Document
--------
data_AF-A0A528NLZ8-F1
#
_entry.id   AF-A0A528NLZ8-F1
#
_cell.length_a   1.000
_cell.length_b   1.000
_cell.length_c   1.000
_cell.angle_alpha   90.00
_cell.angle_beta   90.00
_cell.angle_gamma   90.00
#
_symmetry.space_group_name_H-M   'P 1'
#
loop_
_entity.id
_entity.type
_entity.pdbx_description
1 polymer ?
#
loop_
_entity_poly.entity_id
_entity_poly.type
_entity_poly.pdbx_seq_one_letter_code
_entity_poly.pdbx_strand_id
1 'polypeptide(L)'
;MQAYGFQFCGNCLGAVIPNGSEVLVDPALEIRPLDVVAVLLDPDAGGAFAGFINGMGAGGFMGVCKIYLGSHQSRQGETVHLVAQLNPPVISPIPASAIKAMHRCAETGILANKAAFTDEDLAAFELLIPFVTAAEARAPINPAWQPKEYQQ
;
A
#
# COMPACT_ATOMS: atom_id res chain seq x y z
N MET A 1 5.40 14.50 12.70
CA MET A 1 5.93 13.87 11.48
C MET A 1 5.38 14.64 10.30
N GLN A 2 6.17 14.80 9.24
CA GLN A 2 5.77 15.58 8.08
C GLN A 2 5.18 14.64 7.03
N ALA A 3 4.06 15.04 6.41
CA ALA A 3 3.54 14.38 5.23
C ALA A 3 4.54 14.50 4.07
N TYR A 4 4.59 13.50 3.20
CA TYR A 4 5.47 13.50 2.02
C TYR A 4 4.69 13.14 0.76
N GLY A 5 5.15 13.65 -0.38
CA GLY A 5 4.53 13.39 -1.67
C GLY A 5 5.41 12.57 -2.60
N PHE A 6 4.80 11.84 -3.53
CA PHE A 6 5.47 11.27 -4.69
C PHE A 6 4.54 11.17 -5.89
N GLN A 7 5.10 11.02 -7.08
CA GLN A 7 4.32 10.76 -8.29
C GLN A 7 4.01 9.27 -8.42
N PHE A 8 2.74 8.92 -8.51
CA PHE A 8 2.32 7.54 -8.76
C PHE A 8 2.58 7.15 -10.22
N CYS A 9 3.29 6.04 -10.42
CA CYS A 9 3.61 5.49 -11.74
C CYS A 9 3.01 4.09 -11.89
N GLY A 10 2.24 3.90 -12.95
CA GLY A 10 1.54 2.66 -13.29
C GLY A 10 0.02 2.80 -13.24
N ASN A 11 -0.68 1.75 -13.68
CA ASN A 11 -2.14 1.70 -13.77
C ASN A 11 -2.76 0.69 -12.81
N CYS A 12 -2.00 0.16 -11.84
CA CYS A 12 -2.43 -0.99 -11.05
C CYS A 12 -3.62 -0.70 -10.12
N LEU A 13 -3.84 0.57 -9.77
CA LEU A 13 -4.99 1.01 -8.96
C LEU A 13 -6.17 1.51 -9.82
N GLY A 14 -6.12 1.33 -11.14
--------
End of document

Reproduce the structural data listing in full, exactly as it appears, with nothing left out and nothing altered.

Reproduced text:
data_AF-A0A528NLZ8-F1
#
_entry.id   AF-A0A528NLZ8-F1
#
_cell.length_a   1.000
_cell.length_b   1.000
_cell.length_c   1.000
_cell.angle_alpha   90.00
_cell.angle_beta   90.00
_cell.angle_gamma   90.00
#
_symmetry.space_group_name_H-M   'P 1'
#
loop_
_entity.id
_entity.type
_entity.pdbx_description
1 polymer ?
#
loop_
_entity_poly.entity_id
_entity_poly.type
_entity_poly.pdbx_seq_one_letter_code
_entity_poly.pdbx_strand_id
1 'polypeptide(L)'
;MQAYGFQFCGNCLGAVIPNGSEVLVDPALEIRPLDVVAVLLDPDAGGAFAGFINGMGAGGFMGVCKIYLGSHQSRQGETVHLVAQLNPPVISPIPASAIKAMHRCAETGILANKAAFTDEDLAAFELLIPFVTAAEARAPINPAWQPKEYQQ
;
A
#
# COMPACT_ATOMS: atom_id res chain seq x y z
N MET A 1 5.40 14.50 12.70
CA MET A 1 5.93 13.87 11.48
C MET A 1 5.38 14.64 10.30
N GLN A 2 6.17 14.80 9.24
CA GLN A 2 5.77 15.58 8.08
C GLN A 2 5.18 14.64 7.03
N ALA A 3 4.06 15.04 6.41
CA ALA A 3 3.54 14.38 5.23
C ALA A 3 4.54 14.50 4.07
N TYR A 4 4.59 13.50 3.20
CA TYR A 4 5.47 13.50 2.02
C TYR A 4 4.69 13.14 0.76
N GLY A 5 5.15 13.65 -0.38
CA GLY A 5 4.53 13.39 -1.67
C GLY A 5 5.41 12.57 -2.60
N PHE A 6 4.80 11.84 -3.53
CA PHE A 6 5.47 11.27 -4.69
C PHE A 6 4.54 11.17 -5.89
N GLN A 7 5.10 11.02 -7.08
CA GLN A 7 4.32 10.76 -8.29
C GLN A 7 4.01 9.27 -8.42
N PHE A 8 2.74 8.92 -8.51
CA PHE A 8 2.32 7.54 -8.76
C PHE A 8 2.58 7.15 -10.22
N CYS A 9 3.29 6.04 -10.42
CA CYS A 9 3.61 5.49 -11.74
C CYS A 9 3.01 4.09 -11.89
N GLY A 10 2.24 3.90 -12.95
CA GLY A 10 1.54 2.66 -13.29
C GLY A 10 0.02 2.80 -13.24
N ASN A 11 -0.68 1.75 -13.68
CA ASN A 11 -2.14 1.70 -13.77
C ASN A 11 -2.76 0.69 -12.81
N CYS A 12 -2.00 0.16 -11.84
CA CYS A 12 -2.43 -0.99 -11.05
C CYS A 12 -3.62 -0.70 -10.12
N LEU A 13 -3.84 0.57 -9.77
CA LEU A 13 -4.99 1.01 -8.96
C LEU A 13 -6.17 1.51 -9.82
N GLY A 14 -6.12 1.33 -11.14